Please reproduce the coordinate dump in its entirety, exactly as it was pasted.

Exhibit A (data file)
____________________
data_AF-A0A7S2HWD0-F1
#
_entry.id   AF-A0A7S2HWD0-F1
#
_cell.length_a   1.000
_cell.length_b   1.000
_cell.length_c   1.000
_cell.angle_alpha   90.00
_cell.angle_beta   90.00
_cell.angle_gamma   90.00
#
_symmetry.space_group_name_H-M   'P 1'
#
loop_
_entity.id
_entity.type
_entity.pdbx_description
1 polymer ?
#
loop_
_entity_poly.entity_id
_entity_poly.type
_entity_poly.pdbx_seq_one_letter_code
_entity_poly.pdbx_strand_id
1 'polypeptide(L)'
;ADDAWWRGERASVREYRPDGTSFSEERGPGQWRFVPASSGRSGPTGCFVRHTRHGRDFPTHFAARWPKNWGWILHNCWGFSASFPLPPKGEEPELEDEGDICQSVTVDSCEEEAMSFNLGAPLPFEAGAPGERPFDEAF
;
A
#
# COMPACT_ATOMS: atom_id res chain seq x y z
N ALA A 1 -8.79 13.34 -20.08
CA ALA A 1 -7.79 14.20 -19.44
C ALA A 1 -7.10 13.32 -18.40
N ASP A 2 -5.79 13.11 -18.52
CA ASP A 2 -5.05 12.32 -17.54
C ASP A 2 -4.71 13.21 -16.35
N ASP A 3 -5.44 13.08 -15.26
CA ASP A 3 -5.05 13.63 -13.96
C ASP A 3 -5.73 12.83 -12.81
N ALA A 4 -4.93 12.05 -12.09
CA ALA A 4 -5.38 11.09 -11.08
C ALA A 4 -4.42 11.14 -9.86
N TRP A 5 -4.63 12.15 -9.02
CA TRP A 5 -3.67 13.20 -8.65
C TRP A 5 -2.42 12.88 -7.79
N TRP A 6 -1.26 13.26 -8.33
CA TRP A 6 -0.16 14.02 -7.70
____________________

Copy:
data_AF-A0A7S2HWD0-F1
#
_entry.id   AF-A0A7S2HWD0-F1
#
_cell.length_a   1.000
_cell.length_b   1.000
_cell.length_c   1.000
_cell.angle_alpha   90.00
_cell.angle_beta   90.00
_cell.angle_gamma   90.00
#
_symmetry.space_group_name_H-M   'P 1'
#
loop_
_entity.id
_entity.type
_entity.pdbx_description
1 polymer ?
#
loop_
_entity_poly.entity_id
_entity_poly.type
_entity_poly.pdbx_seq_one_letter_code
_entity_poly.pdbx_strand_id
1 'polypeptide(L)'
;ADDAWWRGERASVREYRPDGTSFSEERGPGQWRFVPASSGRSGPTGCFVRHTRHGRDFPTHFAARWPKNWGWILHNCWGFSASFPLPPKGEEPELEDEGDICQSVTVDSCEEEAMSFNLGAPLPFEAGAPGERPFDEAF
;
A
#
# COMPACT_ATOMS: atom_id res chain seq x y z
N ALA A 1 -8.79 13.34 -20.08
CA ALA A 1 -7.79 14.20 -19.44
C ALA A 1 -7.10 13.32 -18.40
N ASP A 2 -5.79 13.11 -18.52
CA ASP A 2 -5.05 12.32 -17.54
C ASP A 2 -4.71 13.21 -16.35
N ASP A 3 -5.44 13.08 -15.26
CA ASP A 3 -5.05 13.63 -13.96
C ASP A 3 -5.73 12.83 -12.81
N ALA A 4 -4.93 12.05 -12.09
CA ALA A 4 -5.38 11.09 -11.08
C ALA A 4 -4.42 11.14 -9.86
N TRP A 5 -4.63 12.15 -9.02
CA TRP A 5 -3.67 13.20 -8.65
C TRP A 5 -2.42 12.88 -7.79
N TRP A 6 -1.26 13.26 -8.33
CA TRP A 6 -0.16 14.02 -7.70